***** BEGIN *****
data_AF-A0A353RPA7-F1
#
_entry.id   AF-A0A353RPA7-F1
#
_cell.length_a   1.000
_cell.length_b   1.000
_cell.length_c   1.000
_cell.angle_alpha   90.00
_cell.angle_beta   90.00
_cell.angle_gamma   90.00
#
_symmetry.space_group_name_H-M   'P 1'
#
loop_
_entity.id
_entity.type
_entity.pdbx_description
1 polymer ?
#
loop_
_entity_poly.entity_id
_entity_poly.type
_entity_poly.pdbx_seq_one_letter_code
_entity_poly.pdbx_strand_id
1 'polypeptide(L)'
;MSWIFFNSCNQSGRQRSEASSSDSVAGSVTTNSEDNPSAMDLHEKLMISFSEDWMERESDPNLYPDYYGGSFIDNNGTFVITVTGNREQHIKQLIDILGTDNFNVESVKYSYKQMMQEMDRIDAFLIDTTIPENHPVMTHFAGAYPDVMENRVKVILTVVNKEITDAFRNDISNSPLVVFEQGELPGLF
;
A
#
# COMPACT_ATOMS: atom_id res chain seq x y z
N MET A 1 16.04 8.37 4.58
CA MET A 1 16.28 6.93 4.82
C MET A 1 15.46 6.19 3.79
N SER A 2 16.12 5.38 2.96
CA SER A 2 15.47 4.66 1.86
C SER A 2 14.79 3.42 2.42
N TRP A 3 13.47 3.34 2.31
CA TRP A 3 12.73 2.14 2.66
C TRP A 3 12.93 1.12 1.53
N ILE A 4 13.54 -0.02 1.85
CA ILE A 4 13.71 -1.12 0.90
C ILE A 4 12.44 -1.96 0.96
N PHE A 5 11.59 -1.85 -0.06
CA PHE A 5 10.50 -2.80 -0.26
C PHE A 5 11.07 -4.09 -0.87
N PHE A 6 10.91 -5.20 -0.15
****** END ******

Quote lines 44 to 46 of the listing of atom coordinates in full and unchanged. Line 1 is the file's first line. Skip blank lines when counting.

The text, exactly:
CA PHE A 5 10.50 -2.80 -0.26
C PHE A 5 11.07 -4.09 -0.87
N PHE A 6 10.91 -5.20 -0.15